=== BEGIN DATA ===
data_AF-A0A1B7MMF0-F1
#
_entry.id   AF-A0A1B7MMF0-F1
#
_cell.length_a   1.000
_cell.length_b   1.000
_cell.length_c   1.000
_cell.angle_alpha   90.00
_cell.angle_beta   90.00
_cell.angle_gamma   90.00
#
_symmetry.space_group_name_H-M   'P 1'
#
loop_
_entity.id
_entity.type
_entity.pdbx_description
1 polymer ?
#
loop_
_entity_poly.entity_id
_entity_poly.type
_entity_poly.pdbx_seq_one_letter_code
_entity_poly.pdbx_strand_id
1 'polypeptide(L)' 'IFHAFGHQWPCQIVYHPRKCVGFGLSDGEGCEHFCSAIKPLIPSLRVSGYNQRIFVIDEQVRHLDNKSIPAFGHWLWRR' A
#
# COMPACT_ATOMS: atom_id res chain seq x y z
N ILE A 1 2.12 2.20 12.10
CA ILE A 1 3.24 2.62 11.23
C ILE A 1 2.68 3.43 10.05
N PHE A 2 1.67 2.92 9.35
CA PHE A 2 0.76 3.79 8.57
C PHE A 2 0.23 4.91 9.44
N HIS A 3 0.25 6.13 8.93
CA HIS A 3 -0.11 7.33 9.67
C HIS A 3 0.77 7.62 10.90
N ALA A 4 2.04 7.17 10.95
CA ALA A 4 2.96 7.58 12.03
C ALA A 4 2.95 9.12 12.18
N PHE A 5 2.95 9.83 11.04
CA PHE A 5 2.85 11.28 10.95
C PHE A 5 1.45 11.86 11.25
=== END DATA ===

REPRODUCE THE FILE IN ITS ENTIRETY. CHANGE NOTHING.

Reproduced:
data_AF-A0A1B7MMF0-F1
#
_entry.id   AF-A0A1B7MMF0-F1
#
_cell.length_a   1.000
_cell.length_b   1.000
_cell.length_c   1.000
_cell.angle_alpha   90.00
_cell.angle_beta   90.00
_cell.angle_gamma   90.00
#
_symmetry.space_group_name_H-M   'P 1'
#
loop_
_entity.id
_entity.type
_entity.pdbx_description
1 polymer ?
#
loop_
_entity_poly.entity_id
_entity_poly.type
_entity_poly.pdbx_seq_one_letter_code
_entity_poly.pdbx_strand_id
1 'polypeptide(L)' 'IFHAFGHQWPCQIVYHPRKCVGFGLSDGEGCEHFCSAIKPLIPSLRVSGYNQRIFVIDEQVRHLDNKSIPAFGHWLWRR' A
#
# COMPACT_ATOMS: atom_id res chain seq x y z
N ILE A 1 2.12 2.20 12.10
CA ILE A 1 3.24 2.62 11.23
C ILE A 1 2.68 3.43 10.05
N PHE A 2 1.67 2.92 9.35
CA PHE A 2 0.76 3.79 8.57
C PHE A 2 0.23 4.91 9.44
N HIS A 3 0.25 6.13 8.93
CA HIS A 3 -0.11 7.33 9.67
C HIS A 3 0.77 7.62 10.90
N ALA A 4 2.04 7.17 10.95
CA ALA A 4 2.96 7.58 12.03
C ALA A 4 2.95 9.12 12.18
N PHE A 5 2.95 9.83 11.04
CA PHE A 5 2.85 11.28 10.95
C PHE A 5 1.45 11.86 11.25